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MALAYAN TIGERS FACE BLEAK FUTURE

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KUALA LUMPUR, Malaysia – Poaching for illegal commercial trade is the greatest and most urgent threat to tigers in Malaysia, followed by loss and fragmentation of forests.
Concerned over the future of tigers, Perhilitan and Mycat said it would explore means to immediately strengthen tiger conservation efforts to reverse the situation.
The population of Malayan tigers have reached a critical point, with an estimate of 250-340 cats left.
According to the Department of Wildlife and National Parks (Perhilitan) and the Malaysian Conservation Alliance for Tigers (Mycat), the current estimate was less than the previous estimate of 500 tigers.
This is according to studies conducted between 2010-2013 using camera traps under a standardized protocol at seven sites across three major tiger landscapes in Peninsular Malaysia.
The Malayan tiger meets the International Union for Conservation of Nature (IUCN) Red List of Threatened Species’ criteria for a “Critically Endangered” listing. The animal has been classified as “Endangered” since 2008.
The country though, via 2008’s National Tiger Conservation Action Plan (NTCAP) for Malaysia, wanted 1,000 wild Malayan tigers thriving in the country’s forests by 2020. 
Despite efforts, including the strengthening of legislation and increased patrolling, tiger conservation across the vast tropical forest landscape continued to face challenges.
 
Strengthen tiger conservation efforts must be taken as follows;

  • *  Establishing dedicated Tiger Patrol Units on the ground to protect and monitor individual tigers which have been identified through surveys at the three priority areas (Belum-Temengor, Taman Negara and Endau-Rompin).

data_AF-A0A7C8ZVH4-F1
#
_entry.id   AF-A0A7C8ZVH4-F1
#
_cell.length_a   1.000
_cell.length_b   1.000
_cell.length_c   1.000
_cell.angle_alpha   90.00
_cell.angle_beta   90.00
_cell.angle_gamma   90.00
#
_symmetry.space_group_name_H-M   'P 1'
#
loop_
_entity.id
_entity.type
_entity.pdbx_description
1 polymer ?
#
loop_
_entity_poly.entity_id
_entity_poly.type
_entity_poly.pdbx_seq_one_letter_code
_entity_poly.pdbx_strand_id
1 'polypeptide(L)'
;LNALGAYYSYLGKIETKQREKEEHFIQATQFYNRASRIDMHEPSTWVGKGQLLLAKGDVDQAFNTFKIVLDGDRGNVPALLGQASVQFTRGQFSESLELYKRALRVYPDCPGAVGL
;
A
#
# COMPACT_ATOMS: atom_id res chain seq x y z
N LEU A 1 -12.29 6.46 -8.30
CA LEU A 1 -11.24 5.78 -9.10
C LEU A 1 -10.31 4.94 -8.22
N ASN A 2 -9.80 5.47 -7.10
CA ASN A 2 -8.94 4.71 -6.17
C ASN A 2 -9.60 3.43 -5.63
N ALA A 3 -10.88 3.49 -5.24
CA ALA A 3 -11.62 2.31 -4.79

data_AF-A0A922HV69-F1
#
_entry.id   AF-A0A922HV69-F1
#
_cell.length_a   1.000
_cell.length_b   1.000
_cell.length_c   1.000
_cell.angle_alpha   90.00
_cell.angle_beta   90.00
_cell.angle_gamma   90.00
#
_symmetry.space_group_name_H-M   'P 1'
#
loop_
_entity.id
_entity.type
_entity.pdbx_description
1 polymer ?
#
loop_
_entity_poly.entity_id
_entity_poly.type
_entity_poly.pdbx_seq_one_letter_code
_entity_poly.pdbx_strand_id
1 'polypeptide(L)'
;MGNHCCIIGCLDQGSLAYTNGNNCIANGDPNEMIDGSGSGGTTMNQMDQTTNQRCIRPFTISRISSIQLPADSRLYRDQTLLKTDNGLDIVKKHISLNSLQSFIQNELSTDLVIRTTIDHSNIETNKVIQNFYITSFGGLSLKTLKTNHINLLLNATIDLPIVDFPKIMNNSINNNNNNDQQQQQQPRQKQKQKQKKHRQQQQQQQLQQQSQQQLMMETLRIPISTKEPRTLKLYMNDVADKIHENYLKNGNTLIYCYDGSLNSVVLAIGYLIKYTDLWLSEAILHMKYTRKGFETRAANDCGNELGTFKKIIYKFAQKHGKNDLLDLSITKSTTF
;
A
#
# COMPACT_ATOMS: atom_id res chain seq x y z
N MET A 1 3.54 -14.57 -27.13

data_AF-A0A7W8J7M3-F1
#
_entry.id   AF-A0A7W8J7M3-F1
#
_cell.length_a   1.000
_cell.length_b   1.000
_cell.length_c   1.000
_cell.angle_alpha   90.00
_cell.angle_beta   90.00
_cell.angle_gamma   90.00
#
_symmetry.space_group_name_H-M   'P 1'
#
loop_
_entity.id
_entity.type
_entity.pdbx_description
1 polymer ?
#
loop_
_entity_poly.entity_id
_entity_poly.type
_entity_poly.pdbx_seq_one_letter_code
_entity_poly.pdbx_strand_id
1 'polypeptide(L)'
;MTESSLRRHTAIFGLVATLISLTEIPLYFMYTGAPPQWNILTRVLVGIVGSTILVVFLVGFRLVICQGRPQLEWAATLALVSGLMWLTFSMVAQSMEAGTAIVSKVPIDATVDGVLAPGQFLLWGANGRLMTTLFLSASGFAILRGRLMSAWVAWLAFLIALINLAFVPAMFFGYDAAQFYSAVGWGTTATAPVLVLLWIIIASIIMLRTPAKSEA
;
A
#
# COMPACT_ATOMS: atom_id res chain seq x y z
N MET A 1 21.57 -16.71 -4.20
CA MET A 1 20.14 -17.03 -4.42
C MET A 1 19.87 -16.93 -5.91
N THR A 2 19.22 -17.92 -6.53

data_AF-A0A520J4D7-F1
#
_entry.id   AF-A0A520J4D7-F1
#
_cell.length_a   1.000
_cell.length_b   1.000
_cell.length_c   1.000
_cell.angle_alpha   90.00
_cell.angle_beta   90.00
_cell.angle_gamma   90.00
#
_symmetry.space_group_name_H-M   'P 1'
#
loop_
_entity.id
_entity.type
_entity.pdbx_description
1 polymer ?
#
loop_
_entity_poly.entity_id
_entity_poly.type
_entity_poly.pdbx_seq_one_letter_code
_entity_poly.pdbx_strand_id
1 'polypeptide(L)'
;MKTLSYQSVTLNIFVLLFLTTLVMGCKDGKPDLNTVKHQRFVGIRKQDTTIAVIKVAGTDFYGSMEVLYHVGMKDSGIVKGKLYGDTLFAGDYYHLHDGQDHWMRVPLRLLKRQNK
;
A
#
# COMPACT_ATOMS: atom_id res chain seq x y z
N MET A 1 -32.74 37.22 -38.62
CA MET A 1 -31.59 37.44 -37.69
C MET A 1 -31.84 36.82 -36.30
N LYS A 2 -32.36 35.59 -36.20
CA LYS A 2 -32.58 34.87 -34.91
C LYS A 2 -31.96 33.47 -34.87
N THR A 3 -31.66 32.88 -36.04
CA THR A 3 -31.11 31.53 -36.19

* Undertaking a comprehensive National Tiger Survey that will also increase the number of boots on the ground to increase tiger protection throughout the Central Forest Spine (the remaining major forested landscapes in Peninsular Malaysia).
    * Strengthening the existing mechanism to review, better coordinate and monitor the implementation of the National Tiger Conservation Action Plan (NTCAP) and Central Forest Spine (CFS) Master Plan. 
Malaysia had put in place appropriate and comprehensive policies through the adoption of NTCAP and CFS Master Plan to mainstream Malayan tiger conservation and the management of its habitats.
“Various funding has been provided by the federal government and Mycat NGOs’ donors thus far, which has enabled the stakeholders to strengthen the capacity to undertake systematic field surveys within protected areas.
“This has greatly enhanced the scientific knowledge to manage wild Malayan tigers and reconnect fragmented habitats with ecological corridors.”


Source: The Rakyat Post
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